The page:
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Hearing the depositions before it on the PIL on ban of entry of women aged 10 to 50 into the Sabarimala Ayyappa temple at Kerala, the Supreme Court constitution bench of Chief Justice Dipak Misra and Justices Rohinton Fali Nariman, A M Khanwilkar, D Y Chandrachud and Indu Malhotra on Tuesday (July 24) heard arguments by senior advocate Abhishek Singhvi, who said it was an age-old tradition, a belief and that it fell in the category of antiquity.

Singhvi said that the “primary objective is to protect the halo of the deity, if at all the women are being restrained.”

At this Justice Nariman objected, saying that is “inconsistent with your own earlier submission that for five days the women were allowed. “You cannot say that for those five days the sanctity of that same deity disappeared.”

Justice Chandrachud then raised the question of the constitutionality of such a practice and said that women are incapable of excluding worldly affairs while worshipping the deity.

Singhvi replied: “The primary core/ intention is not to exclude the females on gender basis. The core is to exclude men from women. The effect of this is on the women, but the core is not the exclusion on gender basis.”

Justice Nariman asked: “How far do we go with the concept of morality? Can the recently evolved Constitutional morality be put in such a situation as argued by the opposite side?”

Justice Chandrachud said: “Constitutional morality is two-fold, where right is affected upon objective and subjective reasoning.

To that Singhvi asked: “Why are women not allowed into mosques, if constitutional morality is being spoken about?”

At that the CJI said: “Constitutional morality must be looked into when the nature of such rights are subjective in nature. You have to establish that this is an essential integral practice.”

When Justice Nariman asked Singhvi to read the Kerala HC judgment, as the stand taken by them is important in that judgment, Singhvi said: “Your lordships will find various factual variations and logical inconsistencies as the state has taken three different views.”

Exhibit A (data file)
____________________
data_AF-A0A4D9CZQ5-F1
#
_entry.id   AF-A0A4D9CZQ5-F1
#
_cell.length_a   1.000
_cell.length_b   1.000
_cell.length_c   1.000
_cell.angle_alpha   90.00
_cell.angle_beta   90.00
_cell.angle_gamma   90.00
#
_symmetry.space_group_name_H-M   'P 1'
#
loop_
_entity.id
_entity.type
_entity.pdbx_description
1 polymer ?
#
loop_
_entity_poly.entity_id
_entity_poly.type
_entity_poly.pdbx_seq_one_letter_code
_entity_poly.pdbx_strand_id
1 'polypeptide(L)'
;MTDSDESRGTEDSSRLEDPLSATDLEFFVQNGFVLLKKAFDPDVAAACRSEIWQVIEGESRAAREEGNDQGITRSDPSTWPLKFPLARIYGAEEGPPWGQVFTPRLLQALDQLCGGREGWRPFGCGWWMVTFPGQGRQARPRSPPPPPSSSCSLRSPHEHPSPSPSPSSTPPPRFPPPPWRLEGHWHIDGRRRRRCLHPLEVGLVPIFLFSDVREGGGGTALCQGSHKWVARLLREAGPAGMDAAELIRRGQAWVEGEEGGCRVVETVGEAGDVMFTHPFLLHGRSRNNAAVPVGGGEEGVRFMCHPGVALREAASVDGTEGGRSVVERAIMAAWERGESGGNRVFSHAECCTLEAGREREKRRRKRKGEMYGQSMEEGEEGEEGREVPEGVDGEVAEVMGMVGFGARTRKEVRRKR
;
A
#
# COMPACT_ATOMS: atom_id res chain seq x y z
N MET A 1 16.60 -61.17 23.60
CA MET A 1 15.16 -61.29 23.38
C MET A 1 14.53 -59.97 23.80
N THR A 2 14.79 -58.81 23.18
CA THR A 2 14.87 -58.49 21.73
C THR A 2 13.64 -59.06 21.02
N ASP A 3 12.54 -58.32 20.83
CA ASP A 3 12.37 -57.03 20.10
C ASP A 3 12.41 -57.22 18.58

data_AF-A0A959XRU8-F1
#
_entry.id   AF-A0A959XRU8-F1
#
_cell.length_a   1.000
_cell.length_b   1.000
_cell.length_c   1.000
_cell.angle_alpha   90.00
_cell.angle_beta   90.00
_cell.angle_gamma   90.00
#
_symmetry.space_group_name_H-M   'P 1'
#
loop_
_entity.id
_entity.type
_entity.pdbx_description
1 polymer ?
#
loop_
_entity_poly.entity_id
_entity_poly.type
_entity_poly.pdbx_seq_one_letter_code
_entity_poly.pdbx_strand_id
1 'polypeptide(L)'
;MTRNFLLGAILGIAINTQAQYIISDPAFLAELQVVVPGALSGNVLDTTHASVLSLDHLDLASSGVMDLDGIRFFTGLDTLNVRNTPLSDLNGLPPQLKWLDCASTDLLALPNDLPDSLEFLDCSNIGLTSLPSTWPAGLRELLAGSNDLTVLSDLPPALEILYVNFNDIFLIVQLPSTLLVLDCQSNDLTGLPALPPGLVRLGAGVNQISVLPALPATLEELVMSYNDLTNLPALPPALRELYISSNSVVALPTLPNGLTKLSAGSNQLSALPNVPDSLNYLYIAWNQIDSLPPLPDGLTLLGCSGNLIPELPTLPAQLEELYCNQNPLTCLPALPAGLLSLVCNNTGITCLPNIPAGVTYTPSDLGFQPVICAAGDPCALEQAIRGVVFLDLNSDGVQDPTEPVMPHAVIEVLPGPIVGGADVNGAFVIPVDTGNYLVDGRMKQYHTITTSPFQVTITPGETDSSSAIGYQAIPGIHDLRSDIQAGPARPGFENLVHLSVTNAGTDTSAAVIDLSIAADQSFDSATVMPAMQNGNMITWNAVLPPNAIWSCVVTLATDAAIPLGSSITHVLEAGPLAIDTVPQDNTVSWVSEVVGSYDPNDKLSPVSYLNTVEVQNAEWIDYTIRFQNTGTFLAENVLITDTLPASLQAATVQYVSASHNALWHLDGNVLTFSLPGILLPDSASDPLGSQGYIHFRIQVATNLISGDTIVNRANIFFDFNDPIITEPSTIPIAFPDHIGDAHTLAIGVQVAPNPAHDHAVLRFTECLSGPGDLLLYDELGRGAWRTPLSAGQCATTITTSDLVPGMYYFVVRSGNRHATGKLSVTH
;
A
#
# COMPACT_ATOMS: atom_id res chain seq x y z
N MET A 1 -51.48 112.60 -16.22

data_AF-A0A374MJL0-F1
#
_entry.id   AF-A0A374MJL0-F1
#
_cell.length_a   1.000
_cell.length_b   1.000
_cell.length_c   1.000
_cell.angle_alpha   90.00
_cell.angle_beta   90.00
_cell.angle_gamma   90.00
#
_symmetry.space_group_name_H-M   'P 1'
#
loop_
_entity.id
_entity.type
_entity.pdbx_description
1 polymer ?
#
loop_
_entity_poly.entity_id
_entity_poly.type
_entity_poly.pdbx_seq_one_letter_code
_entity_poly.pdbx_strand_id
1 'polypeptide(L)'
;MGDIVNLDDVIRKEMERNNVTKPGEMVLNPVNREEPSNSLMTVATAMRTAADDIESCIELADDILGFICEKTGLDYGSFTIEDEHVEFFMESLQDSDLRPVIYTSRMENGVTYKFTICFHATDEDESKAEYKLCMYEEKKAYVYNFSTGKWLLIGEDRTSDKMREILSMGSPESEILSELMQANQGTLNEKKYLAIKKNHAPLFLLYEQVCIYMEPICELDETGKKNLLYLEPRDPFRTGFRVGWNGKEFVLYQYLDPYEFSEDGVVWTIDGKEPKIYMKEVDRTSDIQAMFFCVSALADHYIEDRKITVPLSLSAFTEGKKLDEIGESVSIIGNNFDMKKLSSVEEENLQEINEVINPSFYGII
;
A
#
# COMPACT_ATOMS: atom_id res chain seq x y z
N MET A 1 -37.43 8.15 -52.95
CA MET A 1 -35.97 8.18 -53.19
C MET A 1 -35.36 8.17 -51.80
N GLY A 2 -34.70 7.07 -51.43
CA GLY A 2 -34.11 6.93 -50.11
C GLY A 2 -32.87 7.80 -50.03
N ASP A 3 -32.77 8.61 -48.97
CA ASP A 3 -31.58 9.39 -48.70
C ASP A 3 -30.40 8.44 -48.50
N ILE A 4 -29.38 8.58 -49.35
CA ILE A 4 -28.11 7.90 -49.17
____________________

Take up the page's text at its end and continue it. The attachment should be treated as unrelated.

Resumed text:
The CJI interjected and said that this questions the integrity of the practice in the first place.

Singhvi said: “Psychology, abstinence and purity is the basis for exclusion, this has nothing to do with menstruation.”

Justice Nariman said that there was no usage antiquity.

To which Sanghvi said: “Writ under 32 is the easiest way for the petitioners which they have come under. There’s no trial, no evidence. Can the Supreme Court hold that such a practice is without antiquity without having a trial? Can the Supreme Court under 32 disturb an age old practice? Let’s keep right and wrong aside. You cannot come to the conclusion without having a proper trial. What are you trying to teach the young lawyers? Skip CPC, skip procedure and come to Supreme Court straight away?”

The CJI said: “We assure you, article 25 and 26 will be kept in mind before coming to any inference, says CJI.”

While reading a judgment where Subramanian Swamy was a party, Singhvi commented that out of all the errors he made, he does good to judicial research.  While Singhvi read the judgment relating to Dikshitas while comparing the present case with the case thereof, Justice Chandrachud interrupted and said that will not apply here as Dikshitas are a closed group.

This Singhvi opposed and suggested: “We are not questioning the origin of a belief. In the case of Dikshitas it is their belief is that only Diksitas can worship. It is a closed community, whereas in the present case it’s a belief to exclude women aged between 10-50 years.”

The bench, however, still was inclined that this practice does not come under antiquity of usage as it has come into being less than a century ago. It is noted that women were indeed allowed to enter the temple in ancient times.

Singhvi, while reading a reading a constitutional bench judgment, submitted: “It is not for us to say that it is a baseless belief. If at all women were allowed in history it was in breach of the beliefs.”

He said: “The thought is not anti woman. It’s based on faith and belief.”

Justice Nariman said: “The burden is on you to prove the belief and faith.”

Singhvi said: “The belief maybe fickle but who will decide? In the present petition no one says they were excluded or they per se wanted to worship and they were stopped. If that’s the case, subject me to trial, let’s stand in the box and decide.” He was opposing the maintainability of the present petition. He reiterated that this was a sensitive religious issue.

“There are so many things wrong in so many religions, but what can we do about it unless it’s banned, barbaric or in contravention to a statute? Singhvi asked. “The basis for exclusion is not puberty or menopause,” he said.

Justice Chandrachud brought out the crucial point, saying: “The line of argument you’re upon reveals that a woman is subject to the will of a man.

Singhvi opposed this and said: “Women below 10 are welcome, women above 50 enjoys the same title as a man.”

The arguments will continue.

—India legal Bureau

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